Technology Assessment or Ethics of Technology?

Ethical Perspectives 6 (2):170-182 (1999)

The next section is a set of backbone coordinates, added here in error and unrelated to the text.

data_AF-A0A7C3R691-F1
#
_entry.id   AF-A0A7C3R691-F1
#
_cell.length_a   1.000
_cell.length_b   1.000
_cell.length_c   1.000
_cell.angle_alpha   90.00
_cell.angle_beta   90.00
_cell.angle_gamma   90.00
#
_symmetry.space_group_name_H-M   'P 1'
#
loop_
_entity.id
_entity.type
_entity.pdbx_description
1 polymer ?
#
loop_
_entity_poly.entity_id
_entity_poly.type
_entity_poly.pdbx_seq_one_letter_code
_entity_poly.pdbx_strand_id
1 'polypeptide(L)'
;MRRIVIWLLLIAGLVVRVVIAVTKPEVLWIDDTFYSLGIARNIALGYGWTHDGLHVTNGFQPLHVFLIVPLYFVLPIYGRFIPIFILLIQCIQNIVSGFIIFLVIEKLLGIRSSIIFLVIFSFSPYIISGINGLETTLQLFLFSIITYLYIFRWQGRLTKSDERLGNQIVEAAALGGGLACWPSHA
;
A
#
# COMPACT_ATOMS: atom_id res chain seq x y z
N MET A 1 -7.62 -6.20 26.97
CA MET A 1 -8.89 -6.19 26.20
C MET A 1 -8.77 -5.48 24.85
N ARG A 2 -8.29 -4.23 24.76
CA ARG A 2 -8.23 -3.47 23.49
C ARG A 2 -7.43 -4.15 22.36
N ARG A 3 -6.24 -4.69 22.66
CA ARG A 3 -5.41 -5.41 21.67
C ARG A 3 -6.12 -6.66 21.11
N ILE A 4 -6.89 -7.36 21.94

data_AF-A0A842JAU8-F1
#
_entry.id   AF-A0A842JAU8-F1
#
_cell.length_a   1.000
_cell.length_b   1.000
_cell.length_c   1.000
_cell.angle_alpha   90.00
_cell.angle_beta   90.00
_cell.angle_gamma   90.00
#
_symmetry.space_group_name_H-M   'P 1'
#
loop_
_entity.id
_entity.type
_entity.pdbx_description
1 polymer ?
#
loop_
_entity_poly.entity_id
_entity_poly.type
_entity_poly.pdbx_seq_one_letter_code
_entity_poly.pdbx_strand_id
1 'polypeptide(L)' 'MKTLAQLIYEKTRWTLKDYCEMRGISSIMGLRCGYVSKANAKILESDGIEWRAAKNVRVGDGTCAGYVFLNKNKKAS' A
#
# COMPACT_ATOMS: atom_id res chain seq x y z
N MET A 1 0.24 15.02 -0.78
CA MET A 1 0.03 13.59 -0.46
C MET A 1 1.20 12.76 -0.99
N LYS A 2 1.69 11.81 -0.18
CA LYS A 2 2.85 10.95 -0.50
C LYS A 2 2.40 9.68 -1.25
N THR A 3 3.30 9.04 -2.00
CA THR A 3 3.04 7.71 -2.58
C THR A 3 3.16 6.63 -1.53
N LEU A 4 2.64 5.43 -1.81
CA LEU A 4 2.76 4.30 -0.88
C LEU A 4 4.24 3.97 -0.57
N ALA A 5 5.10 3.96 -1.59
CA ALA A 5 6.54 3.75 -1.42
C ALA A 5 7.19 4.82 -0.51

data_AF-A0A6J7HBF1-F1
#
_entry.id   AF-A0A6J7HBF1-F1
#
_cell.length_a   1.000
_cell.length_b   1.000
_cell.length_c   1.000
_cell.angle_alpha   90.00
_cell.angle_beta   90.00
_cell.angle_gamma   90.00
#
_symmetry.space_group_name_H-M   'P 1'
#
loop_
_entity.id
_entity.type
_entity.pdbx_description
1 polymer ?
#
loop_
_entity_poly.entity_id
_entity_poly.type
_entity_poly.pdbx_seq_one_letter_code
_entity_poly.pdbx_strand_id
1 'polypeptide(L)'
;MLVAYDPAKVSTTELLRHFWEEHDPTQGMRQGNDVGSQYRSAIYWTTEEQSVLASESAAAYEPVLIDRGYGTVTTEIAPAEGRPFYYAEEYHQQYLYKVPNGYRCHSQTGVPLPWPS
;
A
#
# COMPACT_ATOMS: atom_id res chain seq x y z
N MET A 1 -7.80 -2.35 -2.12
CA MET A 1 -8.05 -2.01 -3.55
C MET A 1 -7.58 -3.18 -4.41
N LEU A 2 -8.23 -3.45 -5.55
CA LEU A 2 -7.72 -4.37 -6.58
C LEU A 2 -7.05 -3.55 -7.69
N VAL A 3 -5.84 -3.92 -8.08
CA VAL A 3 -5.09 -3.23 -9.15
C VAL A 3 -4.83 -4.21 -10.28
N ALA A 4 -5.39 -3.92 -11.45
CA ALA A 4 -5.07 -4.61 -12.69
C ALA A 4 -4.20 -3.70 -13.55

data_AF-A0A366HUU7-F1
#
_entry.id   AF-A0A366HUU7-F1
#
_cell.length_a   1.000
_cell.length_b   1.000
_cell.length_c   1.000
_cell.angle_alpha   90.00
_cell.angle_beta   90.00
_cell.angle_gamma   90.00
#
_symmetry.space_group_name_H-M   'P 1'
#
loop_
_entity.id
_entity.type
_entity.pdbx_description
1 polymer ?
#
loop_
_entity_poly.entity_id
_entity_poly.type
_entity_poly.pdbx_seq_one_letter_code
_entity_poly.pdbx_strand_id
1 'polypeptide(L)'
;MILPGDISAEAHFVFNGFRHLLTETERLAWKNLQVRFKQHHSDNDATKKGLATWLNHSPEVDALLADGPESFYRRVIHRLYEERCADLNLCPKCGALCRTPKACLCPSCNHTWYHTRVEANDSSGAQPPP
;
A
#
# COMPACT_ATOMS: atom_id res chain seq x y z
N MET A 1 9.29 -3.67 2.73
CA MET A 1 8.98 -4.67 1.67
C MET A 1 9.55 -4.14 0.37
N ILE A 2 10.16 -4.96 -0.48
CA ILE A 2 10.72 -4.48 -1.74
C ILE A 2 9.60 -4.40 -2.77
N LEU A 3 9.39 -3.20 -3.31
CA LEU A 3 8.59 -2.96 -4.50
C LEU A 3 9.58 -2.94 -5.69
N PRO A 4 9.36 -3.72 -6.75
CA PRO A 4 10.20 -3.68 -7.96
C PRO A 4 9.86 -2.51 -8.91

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Handling the impacts and consequences of technology has become a problem of political, social and scientific relevance since the Sixties. The earlier assumption that technological evolution would automatically lead to social and human progress in an emphatic sense can no longer be sustained. The ambivalence of technology has become a standing topic in the public, philosophical and scientific debate .In this situation new challenges to technology policy are emerging. Functions of an `early warning' with respect to the risks or potentials of new technologies or to ways of avoiding or, at least, resolving technology conflicts by compromise have been postulated . Technology policy pursued by parliament or government, therefore, is in need of scientific consultation . Since the Seventies a number of institutions in this field have been founded , either primarily as parliamentary bureaus of knowledge-transfer to the decision-makers , as networks with a low degree of institutionalization or as independent scientific institutes .The scientific discussion on how to acquire and establish orientational knowledge for decision-makers facing the ambivalence of technology is sectoralized into two branches: the ethics of technology and technology assessment . These two branches are based on fundamentally different assumptions concerning how to give orientation to technology policy: the philosophical ethics, of course, emphasizes the normative implications of decisions on technology and the importance of moral conflicts , while technology assessment relies mainly on sociological or economic research .Both approaches have largely been developed and practised without regard to one another. In Germany, at the beginning of the Nineties the conceptual discussion around these questions was initiated. At first, a lot of misunderstandings appeared, both parties fundamentally criticizing each other, often one denying the competence of the other to deal appropriately with technology problems . In this paper the conflict is analyzed by looking at the situation in Germany, summarizing and weighing the main arguments which have been brought up by TA and the ethical approach to technology.As a result it will be shown that both are partly right, whereby the relative weight of both approaches in their capacity to give orientation is dependent on contextual circumstances. A non-reductionistic overall approach must take into account the normative aspects of the ethics of technology when handling moral conflicts as well as the need for operationalization, concreteness and established knowledge about the processes of “managing technology in society” postulated by TA



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